A Fine Ambition
PublisherRobert Hale Ltd
Date Published25 September 2017
Price£ 10.99

A Fine Ambition

by R.S. Hill

A chambermaid’s body is discovered on Instow beach. It appears she drowned, but Abigail March who, with detective Theo Newton is among guests at the hotel where she worked, is suspicious.


It’s difficult to know what to say about this undeniably cosy look at Victorian detection wrapped up in all the political correctness of the 21st century. For a start its protagonists, Abigail March, the daughter of a progressive Canadian politician, trained, but barred from qualifying as a doctor, and Scotland Yard Inspector Theo Newton are almost stereotypes.

Abigail is a veritable saint of the suffragette movement. Kept from the profession she wishes to follow by man-made rules, she is determined and clever, kind and deeply involved with social justice. Newton is the perfect modern man. A former officer who has seen combat – an interesting historical question might be how many former soldiers served in the early Yard detective units – he is also pro-feminist, socially aware, modest, good-looking and an absolute gentleman.

This unlikely couple are guests at an Instow hotel where Abigail has taken her politician father to recuperate from pneumonia contracted through overwork on an official visit to Britain. He in turn has invited the detective, with whom Abigail co-operated on an earlier murder investigation, to join them, partly because he is trying to recruit Newton for a senior post in the colonial force – and partly because he has noticed his attraction to Abigail and would like to see his daughter give up her ambitions and settle down with a nice young man.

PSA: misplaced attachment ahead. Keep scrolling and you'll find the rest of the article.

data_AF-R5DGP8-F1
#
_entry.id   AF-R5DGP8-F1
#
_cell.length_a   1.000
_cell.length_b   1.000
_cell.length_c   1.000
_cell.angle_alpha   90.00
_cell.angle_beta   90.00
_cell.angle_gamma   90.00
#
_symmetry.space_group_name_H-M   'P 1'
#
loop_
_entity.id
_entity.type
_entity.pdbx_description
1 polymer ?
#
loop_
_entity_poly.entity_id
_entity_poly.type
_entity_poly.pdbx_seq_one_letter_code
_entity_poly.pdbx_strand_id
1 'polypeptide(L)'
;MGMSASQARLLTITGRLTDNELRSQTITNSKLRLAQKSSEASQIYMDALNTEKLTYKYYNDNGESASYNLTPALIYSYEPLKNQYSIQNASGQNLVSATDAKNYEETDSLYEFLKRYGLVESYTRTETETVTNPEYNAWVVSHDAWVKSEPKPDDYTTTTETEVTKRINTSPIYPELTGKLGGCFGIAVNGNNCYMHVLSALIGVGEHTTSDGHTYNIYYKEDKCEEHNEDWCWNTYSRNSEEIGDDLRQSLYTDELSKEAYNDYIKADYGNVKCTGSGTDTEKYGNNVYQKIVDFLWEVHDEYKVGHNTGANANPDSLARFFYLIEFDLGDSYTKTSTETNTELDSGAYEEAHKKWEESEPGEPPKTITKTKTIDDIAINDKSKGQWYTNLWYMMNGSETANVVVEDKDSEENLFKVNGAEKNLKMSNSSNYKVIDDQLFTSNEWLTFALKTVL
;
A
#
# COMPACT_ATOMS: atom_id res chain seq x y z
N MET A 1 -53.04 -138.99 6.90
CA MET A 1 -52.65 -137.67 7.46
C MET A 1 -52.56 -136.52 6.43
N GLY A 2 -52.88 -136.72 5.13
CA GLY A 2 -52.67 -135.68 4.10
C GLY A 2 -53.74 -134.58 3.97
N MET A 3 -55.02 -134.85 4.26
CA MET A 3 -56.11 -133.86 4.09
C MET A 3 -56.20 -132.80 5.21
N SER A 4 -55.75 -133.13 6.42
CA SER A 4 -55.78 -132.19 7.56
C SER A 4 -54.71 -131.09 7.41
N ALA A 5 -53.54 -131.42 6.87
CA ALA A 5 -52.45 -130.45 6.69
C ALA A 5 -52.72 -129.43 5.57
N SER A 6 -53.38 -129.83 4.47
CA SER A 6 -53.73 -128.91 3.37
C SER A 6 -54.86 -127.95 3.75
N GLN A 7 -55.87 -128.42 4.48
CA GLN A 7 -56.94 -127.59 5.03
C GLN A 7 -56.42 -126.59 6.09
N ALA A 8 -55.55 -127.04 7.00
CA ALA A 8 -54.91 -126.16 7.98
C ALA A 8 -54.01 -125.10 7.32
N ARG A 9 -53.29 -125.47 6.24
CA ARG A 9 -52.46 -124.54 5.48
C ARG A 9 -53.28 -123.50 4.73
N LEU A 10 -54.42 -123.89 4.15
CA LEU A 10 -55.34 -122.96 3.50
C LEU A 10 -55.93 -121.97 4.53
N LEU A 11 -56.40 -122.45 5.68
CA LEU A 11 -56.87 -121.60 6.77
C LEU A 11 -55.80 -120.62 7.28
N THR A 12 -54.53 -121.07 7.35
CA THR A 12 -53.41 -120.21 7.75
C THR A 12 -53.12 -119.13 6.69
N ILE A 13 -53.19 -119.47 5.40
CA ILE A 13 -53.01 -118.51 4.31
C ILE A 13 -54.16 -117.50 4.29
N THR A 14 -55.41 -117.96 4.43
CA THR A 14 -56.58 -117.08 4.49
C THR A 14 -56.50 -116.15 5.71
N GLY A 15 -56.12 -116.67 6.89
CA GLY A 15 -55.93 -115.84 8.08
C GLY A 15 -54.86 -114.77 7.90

When the body of a chambermaid is discovered on the beach, the cause of death is certified as drowning, Abigail is convinced there has been foul play. She eventually manages to convince Newton and he agrees to join forces to track down the killer.

The rest of the cast are a mixed bunch: a caricature, tubby, well-meaning but harassed hotel owner and his equally rotund wife; a non-too honest private detective with an over-inflated opinion of his abilities; a poison salesman who wants to abandon his family to further his artistic talent; and a poor, widowed, very working class ferryman whose anger and taciturnity are offset by his delightful children.

Add another widower who blames Newton for his wife’s death in an attempted Fenian jailbreak and is determined to ruin his career, a pompous and intolerant country doctor and various others and the whole story becomes difficult to follow in a welter of twists, possible motives and general confusion. Even the ending feels as if it has been tacked on to somehow finish off what is an unconvincing story.

Reviewed 09 June 2018 by John Cleal